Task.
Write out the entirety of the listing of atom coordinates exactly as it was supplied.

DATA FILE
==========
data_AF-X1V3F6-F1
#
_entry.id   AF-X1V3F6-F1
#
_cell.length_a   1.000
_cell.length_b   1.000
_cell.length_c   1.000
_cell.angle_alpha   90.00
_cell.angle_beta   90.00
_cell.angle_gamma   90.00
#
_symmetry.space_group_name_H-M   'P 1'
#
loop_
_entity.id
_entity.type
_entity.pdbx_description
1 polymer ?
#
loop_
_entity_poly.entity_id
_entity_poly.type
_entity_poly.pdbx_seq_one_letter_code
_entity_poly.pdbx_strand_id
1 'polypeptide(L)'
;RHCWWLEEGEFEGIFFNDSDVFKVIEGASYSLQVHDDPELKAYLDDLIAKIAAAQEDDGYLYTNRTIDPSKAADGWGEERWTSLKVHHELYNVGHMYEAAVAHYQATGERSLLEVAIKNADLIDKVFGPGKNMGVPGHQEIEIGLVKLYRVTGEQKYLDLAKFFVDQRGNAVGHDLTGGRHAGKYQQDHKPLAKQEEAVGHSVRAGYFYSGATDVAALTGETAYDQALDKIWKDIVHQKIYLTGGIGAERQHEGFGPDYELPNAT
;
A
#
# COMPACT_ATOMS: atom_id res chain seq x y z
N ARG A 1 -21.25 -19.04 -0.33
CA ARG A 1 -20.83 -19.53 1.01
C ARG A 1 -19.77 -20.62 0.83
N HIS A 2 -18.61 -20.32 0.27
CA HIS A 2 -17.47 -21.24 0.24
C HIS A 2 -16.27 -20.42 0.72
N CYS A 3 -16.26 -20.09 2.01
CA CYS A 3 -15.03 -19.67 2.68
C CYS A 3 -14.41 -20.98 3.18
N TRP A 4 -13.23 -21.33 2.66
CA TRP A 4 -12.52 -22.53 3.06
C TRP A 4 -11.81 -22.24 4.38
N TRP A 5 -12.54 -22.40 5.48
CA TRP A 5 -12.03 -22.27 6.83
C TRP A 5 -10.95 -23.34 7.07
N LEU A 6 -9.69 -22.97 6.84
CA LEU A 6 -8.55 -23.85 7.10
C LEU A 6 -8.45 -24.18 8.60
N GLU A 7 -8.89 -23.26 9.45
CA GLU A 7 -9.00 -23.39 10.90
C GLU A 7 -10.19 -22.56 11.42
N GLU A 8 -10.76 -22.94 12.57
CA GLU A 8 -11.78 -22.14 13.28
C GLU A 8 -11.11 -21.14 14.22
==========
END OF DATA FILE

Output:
data_AF-X1V3F6-F1
#
_entry.id   AF-X1V3F6-F1
#
_cell.length_a   1.000
_cell.length_b   1.000
_cell.length_c   1.000
_cell.angle_alpha   90.00
_cell.angle_beta   90.00
_cell.angle_gamma   90.00
#
_symmetry.space_group_name_H-M   'P 1'
#
loop_
_entity.id
_entity.type
_entity.pdbx_description
1 polymer ?
#
loop_
_entity_poly.entity_id
_entity_poly.type
_entity_poly.pdbx_seq_one_letter_code
_entity_poly.pdbx_strand_id
1 'polypeptide(L)'
;RHCWWLEEGEFEGIFFNDSDVFKVIEGASYSLQVHDDPELKAYLDDLIAKIAAAQEDDGYLYTNRTIDPSKAADGWGEERWTSLKVHHELYNVGHMYEAAVAHYQATGERSLLEVAIKNADLIDKVFGPGKNMGVPGHQEIEIGLVKLYRVTGEQKYLDLAKFFVDQRGNAVGHDLTGGRHAGKYQQDHKPLAKQEEAVGHSVRAGYFYSGATDVAALTGETAYDQALDKIWKDIVHQKIYLTGGIGAERQHEGFGPDYELPNAT
;
A
#
# COMPACT_ATOMS: atom_id res chain seq x y z
N ARG A 1 -21.25 -19.04 -0.33
CA ARG A 1 -20.83 -19.53 1.01
C ARG A 1 -19.77 -20.62 0.83
N HIS A 2 -18.61 -20.32 0.27
CA HIS A 2 -17.47 -21.24 0.24
C HIS A 2 -16.27 -20.42 0.72
N CYS A 3 -16.26 -20.09 2.01
CA CYS A 3 -15.03 -19.67 2.68
C CYS A 3 -14.41 -20.98 3.18
N TRP A 4 -13.23 -21.33 2.66
CA TRP A 4 -12.52 -22.53 3.06
C TRP A 4 -11.81 -22.24 4.38
N TRP A 5 -12.54 -22.40 5.48
CA TRP A 5 -12.03 -22.27 6.83
C TRP A 5 -10.95 -23.34 7.07
N LEU A 6 -9.69 -22.97 6.84
CA LEU A 6 -8.55 -23.85 7.10
C LEU A 6 -8.45 -24.18 8.60
N GLU A 7 -8.89 -23.26 9.45
CA GLU A 7 -9.00 -23.39 10.90
C GLU A 7 -10.19 -22.56 11.42
N GLU A 8 -10.76 -22.94 12.57
CA GLU A 8 -11.78 -22.14 13.28
C GLU A 8 -11.11 -21.14 14.22